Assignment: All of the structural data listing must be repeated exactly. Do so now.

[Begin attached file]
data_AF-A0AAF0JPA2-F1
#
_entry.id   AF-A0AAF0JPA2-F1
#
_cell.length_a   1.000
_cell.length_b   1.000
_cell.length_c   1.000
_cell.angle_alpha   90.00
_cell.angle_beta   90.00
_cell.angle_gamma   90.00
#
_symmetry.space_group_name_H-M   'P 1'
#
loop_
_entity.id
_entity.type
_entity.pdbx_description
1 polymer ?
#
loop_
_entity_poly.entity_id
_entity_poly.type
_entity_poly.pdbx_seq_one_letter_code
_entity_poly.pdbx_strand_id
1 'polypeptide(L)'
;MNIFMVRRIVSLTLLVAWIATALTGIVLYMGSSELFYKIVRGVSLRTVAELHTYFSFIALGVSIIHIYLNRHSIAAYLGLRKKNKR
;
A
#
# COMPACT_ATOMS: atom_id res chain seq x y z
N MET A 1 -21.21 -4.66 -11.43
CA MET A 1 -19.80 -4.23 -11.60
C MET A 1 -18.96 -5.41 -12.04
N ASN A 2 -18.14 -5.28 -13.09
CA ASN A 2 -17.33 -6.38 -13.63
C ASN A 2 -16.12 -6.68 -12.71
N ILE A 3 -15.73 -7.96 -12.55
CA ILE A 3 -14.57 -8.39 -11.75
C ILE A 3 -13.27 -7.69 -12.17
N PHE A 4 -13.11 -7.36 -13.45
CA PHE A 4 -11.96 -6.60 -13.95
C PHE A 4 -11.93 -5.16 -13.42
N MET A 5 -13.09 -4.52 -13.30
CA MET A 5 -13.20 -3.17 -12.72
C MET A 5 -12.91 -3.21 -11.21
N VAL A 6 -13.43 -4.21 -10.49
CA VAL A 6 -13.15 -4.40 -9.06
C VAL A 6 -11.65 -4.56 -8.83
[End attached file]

data_AF-A0AAF0JPA2-F1
#
_entry.id   AF-A0AAF0JPA2-F1
#
_cell.length_a   1.000
_cell.length_b   1.000
_cell.length_c   1.000
_cell.angle_alpha   90.00
_cell.angle_beta   90.00
_cell.angle_gamma   90.00
#
_symmetry.space_group_name_H-M   'P 1'
#
loop_
_entity.id
_entity.type
_entity.pdbx_description
1 polymer ?
#
loop_
_entity_poly.entity_id
_entity_poly.type
_entity_poly.pdbx_seq_one_letter_code
_entity_poly.pdbx_strand_id
1 'polypeptide(L)'
;MNIFMVRRIVSLTLLVAWIATALTGIVLYMGSSELFYKIVRGVSLRTVAELHTYFSFIALGVSIIHIYLNRHSIAAYLGLRKKNKR
;
A
#
# COMPACT_ATOMS: atom_id res chain seq x y z
N MET A 1 -21.21 -4.66 -11.43
CA MET A 1 -19.80 -4.23 -11.60
C MET A 1 -18.96 -5.41 -12.04
N ASN A 2 -18.14 -5.28 -13.09
CA ASN A 2 -17.33 -6.38 -13.63
C ASN A 2 -16.12 -6.68 -12.71
N ILE A 3 -15.73 -7.96 -12.55
CA ILE A 3 -14.57 -8.39 -11.75
C ILE A 3 -13.27 -7.69 -12.17
N PHE A 4 -13.11 -7.36 -13.45
CA PHE A 4 -11.96 -6.60 -13.95
C PHE A 4 -11.93 -5.16 -13.42
N MET A 5 -13.09 -4.52 -13.30
CA MET A 5 -13.20 -3.17 -12.72
C MET A 5 -12.91 -3.21 -11.21
N VAL A 6 -13.43 -4.21 -10.49
CA VAL A 6 -13.15 -4.40 -9.06
C VAL A 6 -11.65 -4.56 -8.83